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13 thoughts on “White Knights and Neckbeards – On Growing Up and Hostility to Women

  1. i liked it and was agreeing completely until you had to mention the first amendment.

    Yes, it does protect your right to be offensive. Inoffensive speech rarely needs protection. However the first amendment protects your speech from the government, not from social repercussions.

    The government cannot say for me to not draw tasteless anime babes on my cards, but my local game shop has the right to tell me I cannot use them in their store.

    1. the First Amendment protects you from the government abridging protected speech. It doesn’t protect you from the consequences of your offensive speech outside the sphere of the government’s influence. The First Amendment didn’t protect Gilbert Gottfried from being fired by GEICO for making a Tsunami victims joke. It didn’t protect that guy from Duck Dynasty from being fired for saying something that it wasn’t at all surprising a guy from Duck Dynasty said. In the context of basic lands at a hobby shop where no one brought up the government at all, I’m really surprised you let an offhanded comment derail you like that.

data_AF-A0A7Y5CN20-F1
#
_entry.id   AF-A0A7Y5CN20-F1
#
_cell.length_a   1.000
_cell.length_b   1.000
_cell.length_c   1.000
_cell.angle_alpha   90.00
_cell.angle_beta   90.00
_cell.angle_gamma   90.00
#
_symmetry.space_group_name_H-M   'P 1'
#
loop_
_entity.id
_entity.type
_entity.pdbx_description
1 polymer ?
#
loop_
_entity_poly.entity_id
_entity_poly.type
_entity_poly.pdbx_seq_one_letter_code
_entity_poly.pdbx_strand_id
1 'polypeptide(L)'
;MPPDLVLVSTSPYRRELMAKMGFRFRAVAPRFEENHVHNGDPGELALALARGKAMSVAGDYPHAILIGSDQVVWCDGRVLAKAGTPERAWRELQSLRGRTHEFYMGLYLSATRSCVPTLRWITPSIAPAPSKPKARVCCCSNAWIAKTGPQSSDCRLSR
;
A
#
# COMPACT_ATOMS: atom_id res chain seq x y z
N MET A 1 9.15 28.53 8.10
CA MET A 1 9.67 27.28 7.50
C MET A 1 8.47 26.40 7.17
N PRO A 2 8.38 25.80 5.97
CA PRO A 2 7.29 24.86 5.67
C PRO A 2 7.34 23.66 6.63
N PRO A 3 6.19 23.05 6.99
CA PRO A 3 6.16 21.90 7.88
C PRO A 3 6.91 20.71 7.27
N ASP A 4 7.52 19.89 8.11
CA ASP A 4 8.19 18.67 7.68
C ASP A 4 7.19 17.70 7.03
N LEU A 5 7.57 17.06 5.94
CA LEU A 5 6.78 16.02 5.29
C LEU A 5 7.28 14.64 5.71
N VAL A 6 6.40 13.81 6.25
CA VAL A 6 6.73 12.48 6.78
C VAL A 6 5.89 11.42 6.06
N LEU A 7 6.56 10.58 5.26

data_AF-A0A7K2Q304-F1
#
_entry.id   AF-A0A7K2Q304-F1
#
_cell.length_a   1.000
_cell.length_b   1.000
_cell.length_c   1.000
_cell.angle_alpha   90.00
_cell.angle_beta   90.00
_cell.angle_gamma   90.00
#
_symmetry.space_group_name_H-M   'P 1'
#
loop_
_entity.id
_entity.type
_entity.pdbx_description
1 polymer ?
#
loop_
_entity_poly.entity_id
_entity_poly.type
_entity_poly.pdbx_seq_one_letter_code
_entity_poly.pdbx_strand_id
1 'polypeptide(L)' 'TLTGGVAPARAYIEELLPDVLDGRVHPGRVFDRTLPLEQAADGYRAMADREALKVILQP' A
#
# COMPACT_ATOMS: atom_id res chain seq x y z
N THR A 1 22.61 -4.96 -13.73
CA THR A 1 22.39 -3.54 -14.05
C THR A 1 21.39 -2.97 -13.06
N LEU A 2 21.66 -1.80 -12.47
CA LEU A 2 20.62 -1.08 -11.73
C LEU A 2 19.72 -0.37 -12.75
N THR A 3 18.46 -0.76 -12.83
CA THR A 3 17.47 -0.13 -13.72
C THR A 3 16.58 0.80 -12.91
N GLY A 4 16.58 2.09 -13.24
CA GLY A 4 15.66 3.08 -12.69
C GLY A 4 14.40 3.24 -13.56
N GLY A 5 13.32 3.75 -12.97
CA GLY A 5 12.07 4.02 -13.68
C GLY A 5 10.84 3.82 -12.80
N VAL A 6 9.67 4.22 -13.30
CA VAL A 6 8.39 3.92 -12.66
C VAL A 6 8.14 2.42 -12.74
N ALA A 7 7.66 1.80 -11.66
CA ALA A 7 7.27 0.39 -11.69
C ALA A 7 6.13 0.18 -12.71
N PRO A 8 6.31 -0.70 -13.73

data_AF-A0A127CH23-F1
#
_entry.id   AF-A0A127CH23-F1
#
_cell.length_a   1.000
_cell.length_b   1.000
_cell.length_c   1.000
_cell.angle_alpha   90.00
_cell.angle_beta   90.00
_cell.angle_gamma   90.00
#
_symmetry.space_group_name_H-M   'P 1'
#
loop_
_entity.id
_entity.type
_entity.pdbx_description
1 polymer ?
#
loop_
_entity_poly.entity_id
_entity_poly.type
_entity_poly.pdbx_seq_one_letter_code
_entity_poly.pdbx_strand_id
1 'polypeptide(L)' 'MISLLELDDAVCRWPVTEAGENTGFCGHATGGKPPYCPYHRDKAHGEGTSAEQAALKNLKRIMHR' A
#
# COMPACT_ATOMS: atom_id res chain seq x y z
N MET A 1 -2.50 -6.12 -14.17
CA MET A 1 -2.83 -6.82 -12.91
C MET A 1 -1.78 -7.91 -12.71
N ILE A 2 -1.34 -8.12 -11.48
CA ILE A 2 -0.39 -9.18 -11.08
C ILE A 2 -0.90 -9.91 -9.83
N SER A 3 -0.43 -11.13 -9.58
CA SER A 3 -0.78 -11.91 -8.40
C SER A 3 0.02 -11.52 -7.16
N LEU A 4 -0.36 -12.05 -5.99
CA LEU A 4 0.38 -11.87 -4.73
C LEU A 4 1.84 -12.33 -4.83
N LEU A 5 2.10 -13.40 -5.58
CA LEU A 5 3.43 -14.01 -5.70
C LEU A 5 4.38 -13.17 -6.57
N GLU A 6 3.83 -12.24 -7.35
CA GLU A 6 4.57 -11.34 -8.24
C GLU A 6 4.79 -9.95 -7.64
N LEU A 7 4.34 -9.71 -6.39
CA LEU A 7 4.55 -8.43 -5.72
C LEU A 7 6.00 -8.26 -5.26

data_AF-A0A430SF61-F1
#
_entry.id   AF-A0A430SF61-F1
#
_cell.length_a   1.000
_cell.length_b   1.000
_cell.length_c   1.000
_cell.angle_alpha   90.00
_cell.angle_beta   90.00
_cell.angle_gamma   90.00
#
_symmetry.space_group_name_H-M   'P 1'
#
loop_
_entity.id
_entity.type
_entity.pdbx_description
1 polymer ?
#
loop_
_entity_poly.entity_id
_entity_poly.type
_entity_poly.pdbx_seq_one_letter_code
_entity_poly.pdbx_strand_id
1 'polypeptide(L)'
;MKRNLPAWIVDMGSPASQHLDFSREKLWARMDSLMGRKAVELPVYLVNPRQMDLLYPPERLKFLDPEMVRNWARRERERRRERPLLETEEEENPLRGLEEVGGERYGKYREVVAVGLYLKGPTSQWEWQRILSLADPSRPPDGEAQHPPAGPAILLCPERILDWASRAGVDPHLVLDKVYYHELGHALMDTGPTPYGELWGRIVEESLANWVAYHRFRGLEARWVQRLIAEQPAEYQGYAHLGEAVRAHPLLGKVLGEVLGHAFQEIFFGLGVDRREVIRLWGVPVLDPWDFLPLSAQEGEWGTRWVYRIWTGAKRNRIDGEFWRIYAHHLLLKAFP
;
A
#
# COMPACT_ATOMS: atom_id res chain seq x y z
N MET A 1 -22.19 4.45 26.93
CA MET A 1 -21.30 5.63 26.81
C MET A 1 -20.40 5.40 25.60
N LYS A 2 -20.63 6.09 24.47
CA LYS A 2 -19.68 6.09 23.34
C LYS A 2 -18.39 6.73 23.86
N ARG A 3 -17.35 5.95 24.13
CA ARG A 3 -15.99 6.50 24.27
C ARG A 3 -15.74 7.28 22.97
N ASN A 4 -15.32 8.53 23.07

1. His point is just that the first amanedment, generally, protects your right to be offensive- though there are some exceptions when speech acts lack any actual value, but I digress.

        If the following point is to be that people can berate you for your speech or discriminate against you because of it, then your wording is off when you say it’s not protected by the first amendment.

        The bottom line is that the first amendment does to a reasonable degree protect your right to be offensive, and that correction is more than a nitpick. It’s constructive feedback on the fact that your statement is inaccurate, though your argument is still compelling- it would just be more compelling were everything stated correctly.